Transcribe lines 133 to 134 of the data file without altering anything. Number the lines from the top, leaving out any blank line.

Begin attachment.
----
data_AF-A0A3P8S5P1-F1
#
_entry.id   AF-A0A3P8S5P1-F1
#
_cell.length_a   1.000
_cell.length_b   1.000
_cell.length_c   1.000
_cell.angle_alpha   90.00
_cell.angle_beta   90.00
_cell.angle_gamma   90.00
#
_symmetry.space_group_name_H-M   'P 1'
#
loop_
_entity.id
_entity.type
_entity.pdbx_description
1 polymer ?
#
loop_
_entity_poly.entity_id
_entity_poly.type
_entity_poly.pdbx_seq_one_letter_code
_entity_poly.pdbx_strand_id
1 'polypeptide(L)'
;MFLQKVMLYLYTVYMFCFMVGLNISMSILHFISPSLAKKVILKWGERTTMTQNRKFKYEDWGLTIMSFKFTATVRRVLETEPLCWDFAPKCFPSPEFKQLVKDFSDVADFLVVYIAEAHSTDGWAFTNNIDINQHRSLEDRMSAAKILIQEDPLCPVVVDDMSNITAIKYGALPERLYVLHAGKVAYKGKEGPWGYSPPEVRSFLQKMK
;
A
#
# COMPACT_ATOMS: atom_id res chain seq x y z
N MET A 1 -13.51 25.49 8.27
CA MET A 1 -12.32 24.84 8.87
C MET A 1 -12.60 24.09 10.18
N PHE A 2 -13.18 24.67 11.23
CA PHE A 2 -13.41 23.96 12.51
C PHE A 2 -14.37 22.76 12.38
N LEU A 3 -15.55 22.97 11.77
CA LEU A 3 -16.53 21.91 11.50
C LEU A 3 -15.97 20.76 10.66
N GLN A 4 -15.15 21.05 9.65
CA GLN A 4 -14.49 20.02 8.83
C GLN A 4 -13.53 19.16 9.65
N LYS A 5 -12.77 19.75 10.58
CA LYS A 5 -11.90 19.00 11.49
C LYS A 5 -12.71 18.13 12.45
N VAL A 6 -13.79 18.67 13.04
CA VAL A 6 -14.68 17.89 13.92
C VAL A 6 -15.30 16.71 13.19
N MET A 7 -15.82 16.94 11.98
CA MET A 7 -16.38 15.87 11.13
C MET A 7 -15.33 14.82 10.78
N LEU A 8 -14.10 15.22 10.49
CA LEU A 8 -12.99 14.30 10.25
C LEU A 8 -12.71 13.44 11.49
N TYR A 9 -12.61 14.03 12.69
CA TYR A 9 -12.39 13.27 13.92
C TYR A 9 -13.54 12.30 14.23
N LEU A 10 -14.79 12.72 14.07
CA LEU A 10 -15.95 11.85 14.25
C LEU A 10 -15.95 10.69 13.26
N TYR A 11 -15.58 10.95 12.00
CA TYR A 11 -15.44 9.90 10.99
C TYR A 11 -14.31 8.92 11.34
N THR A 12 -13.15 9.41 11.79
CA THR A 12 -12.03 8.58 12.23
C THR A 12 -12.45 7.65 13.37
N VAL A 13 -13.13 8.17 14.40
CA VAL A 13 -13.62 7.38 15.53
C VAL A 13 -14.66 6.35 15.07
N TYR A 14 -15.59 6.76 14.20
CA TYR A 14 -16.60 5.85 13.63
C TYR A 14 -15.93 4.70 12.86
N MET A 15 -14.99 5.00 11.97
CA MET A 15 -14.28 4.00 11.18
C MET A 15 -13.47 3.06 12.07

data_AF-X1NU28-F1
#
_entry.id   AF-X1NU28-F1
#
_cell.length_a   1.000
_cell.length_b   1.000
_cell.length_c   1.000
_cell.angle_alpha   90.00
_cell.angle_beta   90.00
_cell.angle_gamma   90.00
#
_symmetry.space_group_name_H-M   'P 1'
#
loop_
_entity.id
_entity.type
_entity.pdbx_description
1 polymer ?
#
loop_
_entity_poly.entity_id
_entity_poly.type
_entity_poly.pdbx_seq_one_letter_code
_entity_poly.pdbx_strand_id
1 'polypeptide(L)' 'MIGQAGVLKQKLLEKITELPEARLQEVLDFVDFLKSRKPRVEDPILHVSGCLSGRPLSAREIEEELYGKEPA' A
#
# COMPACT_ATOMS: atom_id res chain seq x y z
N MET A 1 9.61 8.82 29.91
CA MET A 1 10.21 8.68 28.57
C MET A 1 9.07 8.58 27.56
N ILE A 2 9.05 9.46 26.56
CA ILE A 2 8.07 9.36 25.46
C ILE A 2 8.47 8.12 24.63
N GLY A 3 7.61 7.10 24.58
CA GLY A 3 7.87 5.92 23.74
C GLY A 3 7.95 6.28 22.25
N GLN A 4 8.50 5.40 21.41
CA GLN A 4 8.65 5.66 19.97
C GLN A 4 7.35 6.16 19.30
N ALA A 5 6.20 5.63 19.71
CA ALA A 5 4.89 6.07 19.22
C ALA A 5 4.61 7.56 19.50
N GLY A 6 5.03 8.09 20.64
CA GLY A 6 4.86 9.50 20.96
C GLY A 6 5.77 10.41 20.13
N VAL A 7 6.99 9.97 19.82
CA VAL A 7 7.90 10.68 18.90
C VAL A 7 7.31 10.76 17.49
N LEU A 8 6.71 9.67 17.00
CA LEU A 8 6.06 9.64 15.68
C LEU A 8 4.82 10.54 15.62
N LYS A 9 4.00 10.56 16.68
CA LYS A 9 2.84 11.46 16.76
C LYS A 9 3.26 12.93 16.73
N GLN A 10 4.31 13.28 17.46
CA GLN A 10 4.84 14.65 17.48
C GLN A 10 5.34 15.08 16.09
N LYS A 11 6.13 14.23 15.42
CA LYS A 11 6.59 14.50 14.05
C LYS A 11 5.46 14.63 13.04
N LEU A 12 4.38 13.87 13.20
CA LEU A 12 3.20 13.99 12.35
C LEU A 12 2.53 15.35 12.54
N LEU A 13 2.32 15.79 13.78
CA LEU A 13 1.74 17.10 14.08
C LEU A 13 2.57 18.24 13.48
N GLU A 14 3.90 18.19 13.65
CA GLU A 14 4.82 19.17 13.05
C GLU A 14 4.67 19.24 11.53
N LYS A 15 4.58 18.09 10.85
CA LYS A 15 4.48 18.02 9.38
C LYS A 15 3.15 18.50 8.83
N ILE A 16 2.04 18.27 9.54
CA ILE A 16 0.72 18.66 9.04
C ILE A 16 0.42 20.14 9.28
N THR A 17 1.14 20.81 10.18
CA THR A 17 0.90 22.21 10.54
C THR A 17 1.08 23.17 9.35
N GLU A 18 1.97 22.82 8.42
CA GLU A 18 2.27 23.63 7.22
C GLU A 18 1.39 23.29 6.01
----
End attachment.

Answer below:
N LYS A 11 6.13 14.23 15.42
CA LYS A 11 6.59 14.50 14.05